“It’s the writing,” he says, without hesitation. “Simon Beaufoy [who also wrote the award-winning film] really gets that balance between comedy and heartfelt truth. You have drama and big moments and then on the next page you find hilarious comedy. He is so clever at that light and shade, and also at writing in a way that means that actors and directors connect so readily with the material that it makes the process of getting it on its feet so easy – it’s all just there.

“And it endures because of its truth. You can take off all the clothes in the world but if the audience hasn’t been on the journey and believed every moment then it won’t amount to a thing; you’ll never get that incredible reaction. At that final dance they don’t just think ‘Yay! We’re at a strip show!’ The audience has followed these characters and they’re watching Lomper, Gaz, Dave and the boys; they’re with them and they believe them.”

And he won’t stand for any of the lads overplaying that final scene, no matter how vocal the audience is.

“My hand is extremely tight on the reigns when it comes to the cast staying in character and forgetting the audience completely,” he says, a note of sternness creeping into his voice.


“But I have cast some amazing actors and so as a director I don’t have to get too mechanical; the boys bring an authenticity to the rehearsal room that is a breath of fresh air.”

Joking that, having directed Calendar Girls and now The Full Monty, I can see a theme developing, and asking if he is known as the go-to director for any show that involves actors getting their kit off, in response Jack throws back his handsome head and laughs.

“If anyone hears about a play that has nudity in it, they ask if Jack Ryder is directing! But actually I was involved in The Full Monty on stage at the very start of its development, which is why I feel especially protective and proud of it.”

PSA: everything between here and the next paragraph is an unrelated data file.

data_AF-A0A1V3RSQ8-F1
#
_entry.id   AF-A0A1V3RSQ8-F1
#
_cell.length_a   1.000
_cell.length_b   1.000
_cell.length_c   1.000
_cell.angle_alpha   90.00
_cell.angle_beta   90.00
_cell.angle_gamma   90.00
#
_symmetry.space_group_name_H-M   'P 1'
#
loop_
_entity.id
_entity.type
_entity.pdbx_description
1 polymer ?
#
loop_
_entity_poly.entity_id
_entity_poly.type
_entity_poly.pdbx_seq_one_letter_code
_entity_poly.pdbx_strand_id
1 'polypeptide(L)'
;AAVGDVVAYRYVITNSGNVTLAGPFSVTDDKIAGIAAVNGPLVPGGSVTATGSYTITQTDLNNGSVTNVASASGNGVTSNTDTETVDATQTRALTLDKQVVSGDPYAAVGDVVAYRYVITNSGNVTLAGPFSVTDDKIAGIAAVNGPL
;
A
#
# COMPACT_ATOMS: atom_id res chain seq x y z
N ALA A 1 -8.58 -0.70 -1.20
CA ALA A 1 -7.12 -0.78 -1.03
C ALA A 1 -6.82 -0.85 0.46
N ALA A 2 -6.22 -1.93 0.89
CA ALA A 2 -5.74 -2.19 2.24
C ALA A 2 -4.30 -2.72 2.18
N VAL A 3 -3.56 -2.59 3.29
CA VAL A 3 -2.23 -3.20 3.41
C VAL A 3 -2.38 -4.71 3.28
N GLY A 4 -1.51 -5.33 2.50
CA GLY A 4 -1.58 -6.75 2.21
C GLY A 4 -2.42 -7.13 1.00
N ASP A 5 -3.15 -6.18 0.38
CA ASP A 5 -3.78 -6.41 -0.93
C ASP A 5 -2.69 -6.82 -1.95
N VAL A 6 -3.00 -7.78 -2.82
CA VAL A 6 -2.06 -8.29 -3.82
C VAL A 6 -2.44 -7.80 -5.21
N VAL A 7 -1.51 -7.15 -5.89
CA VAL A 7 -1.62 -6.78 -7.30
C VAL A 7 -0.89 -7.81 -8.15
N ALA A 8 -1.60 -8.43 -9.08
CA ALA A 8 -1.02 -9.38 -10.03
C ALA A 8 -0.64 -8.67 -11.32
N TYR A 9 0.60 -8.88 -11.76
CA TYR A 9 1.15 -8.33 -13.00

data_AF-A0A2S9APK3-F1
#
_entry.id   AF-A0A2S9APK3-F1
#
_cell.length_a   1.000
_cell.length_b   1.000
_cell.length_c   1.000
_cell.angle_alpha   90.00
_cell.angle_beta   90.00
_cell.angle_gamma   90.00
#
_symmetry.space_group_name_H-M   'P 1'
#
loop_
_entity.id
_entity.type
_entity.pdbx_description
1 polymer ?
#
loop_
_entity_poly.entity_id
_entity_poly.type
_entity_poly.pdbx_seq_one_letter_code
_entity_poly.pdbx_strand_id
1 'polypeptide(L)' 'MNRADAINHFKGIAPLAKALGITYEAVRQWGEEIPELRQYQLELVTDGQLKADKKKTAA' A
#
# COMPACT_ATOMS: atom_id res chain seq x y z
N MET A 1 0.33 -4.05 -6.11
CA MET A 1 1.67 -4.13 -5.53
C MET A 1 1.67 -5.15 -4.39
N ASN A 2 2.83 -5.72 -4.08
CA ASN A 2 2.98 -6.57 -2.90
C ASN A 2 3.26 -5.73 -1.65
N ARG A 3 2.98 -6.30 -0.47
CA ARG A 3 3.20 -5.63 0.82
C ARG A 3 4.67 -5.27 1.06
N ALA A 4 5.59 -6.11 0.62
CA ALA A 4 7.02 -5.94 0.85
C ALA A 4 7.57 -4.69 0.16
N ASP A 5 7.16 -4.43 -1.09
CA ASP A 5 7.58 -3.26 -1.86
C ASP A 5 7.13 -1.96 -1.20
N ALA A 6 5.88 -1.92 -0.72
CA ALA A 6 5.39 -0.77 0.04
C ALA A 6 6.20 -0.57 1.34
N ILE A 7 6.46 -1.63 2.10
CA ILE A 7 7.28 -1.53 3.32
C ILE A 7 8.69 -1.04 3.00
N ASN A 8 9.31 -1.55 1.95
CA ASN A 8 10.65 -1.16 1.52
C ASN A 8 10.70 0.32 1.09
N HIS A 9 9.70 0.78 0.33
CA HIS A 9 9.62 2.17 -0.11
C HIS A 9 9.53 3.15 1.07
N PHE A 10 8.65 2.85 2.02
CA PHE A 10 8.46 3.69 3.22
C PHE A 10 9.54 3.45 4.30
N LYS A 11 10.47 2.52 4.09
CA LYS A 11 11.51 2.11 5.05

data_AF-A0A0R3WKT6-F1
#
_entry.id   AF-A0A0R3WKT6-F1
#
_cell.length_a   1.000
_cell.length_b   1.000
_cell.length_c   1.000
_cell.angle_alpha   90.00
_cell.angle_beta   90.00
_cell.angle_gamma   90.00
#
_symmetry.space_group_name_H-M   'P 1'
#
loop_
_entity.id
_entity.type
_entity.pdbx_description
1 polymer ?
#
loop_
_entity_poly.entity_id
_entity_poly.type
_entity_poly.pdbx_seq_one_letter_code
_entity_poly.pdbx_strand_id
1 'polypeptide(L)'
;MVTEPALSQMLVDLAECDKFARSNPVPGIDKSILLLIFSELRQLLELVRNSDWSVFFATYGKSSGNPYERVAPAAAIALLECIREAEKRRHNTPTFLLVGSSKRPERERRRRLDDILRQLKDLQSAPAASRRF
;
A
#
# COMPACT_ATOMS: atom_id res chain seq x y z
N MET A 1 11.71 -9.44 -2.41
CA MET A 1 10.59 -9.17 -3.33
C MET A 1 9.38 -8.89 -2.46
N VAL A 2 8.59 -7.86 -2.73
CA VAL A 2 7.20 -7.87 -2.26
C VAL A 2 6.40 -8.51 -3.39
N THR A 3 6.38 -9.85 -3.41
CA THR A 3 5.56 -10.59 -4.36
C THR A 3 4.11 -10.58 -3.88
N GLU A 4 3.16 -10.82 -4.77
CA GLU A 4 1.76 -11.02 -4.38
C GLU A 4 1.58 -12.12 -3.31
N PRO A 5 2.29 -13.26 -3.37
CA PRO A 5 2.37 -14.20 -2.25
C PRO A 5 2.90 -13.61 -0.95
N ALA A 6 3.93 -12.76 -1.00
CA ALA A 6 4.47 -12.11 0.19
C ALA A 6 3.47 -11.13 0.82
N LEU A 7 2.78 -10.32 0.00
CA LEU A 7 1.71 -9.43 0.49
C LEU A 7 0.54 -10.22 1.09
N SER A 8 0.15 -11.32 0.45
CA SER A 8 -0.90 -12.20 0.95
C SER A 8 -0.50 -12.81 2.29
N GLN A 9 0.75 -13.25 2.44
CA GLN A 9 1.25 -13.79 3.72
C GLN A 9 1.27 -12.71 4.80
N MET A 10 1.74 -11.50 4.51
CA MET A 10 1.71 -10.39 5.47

His pride is more than justified. Moving me to tears one moment and then to helpless laughter the next, this is a show that absolutely deserves its ‘not-to-be-missed’ reviews.

Of the tour itself, which runs until April 2017, Jack is delighted that the show will be ‘back by popular demand’ at some theatres including Norwich from October 10-15.
He has particular affection for the city crediting his mum and Steve Coogan for his appreciation of the fine city. He said: “My mum loves Norwich and she keeps telling me that she wants to move there. She’s always visiting. And then there’s Alan Partridge – I grew up with Alan Partridge and I love him! I also directed Calendar Girls there.

full-monty3“Norwich is one of those places that when you’re on the train heading there you get a very good feeling. It is a city I am very fond of and I’ll definitely be popping in to see the cast there.”

Needing to return to rehearsals to work on the scene in which the boys remove their ‘undercrackers’ for the first time, before he goes, I ask Jack what he does for fun and relaxation.

“I don’t get much down time, but when I do I spend it with my family and developing little projects. I’ve just written a novel,” he shrugs, suddenly shy, before saying goodbye and thanking me for my time.

Unpretentious, supremely talented and a genuinely lovely guy, I assure you, Mr Ryder, the pleasure really is all mine.


The Full Monty, Monday 10-Saturday 15 October at 7.30pm, and Wednesday and Saturday matinees at 2.30pm. Tickets £8-£32.50. Discounts for Friends, Corporate Club, Over-60s, Under-18s, and Groups. Captioned performance at 2.30pm on Wednesday 12 October.

To book, call the box office on 01603 630000 or log onto